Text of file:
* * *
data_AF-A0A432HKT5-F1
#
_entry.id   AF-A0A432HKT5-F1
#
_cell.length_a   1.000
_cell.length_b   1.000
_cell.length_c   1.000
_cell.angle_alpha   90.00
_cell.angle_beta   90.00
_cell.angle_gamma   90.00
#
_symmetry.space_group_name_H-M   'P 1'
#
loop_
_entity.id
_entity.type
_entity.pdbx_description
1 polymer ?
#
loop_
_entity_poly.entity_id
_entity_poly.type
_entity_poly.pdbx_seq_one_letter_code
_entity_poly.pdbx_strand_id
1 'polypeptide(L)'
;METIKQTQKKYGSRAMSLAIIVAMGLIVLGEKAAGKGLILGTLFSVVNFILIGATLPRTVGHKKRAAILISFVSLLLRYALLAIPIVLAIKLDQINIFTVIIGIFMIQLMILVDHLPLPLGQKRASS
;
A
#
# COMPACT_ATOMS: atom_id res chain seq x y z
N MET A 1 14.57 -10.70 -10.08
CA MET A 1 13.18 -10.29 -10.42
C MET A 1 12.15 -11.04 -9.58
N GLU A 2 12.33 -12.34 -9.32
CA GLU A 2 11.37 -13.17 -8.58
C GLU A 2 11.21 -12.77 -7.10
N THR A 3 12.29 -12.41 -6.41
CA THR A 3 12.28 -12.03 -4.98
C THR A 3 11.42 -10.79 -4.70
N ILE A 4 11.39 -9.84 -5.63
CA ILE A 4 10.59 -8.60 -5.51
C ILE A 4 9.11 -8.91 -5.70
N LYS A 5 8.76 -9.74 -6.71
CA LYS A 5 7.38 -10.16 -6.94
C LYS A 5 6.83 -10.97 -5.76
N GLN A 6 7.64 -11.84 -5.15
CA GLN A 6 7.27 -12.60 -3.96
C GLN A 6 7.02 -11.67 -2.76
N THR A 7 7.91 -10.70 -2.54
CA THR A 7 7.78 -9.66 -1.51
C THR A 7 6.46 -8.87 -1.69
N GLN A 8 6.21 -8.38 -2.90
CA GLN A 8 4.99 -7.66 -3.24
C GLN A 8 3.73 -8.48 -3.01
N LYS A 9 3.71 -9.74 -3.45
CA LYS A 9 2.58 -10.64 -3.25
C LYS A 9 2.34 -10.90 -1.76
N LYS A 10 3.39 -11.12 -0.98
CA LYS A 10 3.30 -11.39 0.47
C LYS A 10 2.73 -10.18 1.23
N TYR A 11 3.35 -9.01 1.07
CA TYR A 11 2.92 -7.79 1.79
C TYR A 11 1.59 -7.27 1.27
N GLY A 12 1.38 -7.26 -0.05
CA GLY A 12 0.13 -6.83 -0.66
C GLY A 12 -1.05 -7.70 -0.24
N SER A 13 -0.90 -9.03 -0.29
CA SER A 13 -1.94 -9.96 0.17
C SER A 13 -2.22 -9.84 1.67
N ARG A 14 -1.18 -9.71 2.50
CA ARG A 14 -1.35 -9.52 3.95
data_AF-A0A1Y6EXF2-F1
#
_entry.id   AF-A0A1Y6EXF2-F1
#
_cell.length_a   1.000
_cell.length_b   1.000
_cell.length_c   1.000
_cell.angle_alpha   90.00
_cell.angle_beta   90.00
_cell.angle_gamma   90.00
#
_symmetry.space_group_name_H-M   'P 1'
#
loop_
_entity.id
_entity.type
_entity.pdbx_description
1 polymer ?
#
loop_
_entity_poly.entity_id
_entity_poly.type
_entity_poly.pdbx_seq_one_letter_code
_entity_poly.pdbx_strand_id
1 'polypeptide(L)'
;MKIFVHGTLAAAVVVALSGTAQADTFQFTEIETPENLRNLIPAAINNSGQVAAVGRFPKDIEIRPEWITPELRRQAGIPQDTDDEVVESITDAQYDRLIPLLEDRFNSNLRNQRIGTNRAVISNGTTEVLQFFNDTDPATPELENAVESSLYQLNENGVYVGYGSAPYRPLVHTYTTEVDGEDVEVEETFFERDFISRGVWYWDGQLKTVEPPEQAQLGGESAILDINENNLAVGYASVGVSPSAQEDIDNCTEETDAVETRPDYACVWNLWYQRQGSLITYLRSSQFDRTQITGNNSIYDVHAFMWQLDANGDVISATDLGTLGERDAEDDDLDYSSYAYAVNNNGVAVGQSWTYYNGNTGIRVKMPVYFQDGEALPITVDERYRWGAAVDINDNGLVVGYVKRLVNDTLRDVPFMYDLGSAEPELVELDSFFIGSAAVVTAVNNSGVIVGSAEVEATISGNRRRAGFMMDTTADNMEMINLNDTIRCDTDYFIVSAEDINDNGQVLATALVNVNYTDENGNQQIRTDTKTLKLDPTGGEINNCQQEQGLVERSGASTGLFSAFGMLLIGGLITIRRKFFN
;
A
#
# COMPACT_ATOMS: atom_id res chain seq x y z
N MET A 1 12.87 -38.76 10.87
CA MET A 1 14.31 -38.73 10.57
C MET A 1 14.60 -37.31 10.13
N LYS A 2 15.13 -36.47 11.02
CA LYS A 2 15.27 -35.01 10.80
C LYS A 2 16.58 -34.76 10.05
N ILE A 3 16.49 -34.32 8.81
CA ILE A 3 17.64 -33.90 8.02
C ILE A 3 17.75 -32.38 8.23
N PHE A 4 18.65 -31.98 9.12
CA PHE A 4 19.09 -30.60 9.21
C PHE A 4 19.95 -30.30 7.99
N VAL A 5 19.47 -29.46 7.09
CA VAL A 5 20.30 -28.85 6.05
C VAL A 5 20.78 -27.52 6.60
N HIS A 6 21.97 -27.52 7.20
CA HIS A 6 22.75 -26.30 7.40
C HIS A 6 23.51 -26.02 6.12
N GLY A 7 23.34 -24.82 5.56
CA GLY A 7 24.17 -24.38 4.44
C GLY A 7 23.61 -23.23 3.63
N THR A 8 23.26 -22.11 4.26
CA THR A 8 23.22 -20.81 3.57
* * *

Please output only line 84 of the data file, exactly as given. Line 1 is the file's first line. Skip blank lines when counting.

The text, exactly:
#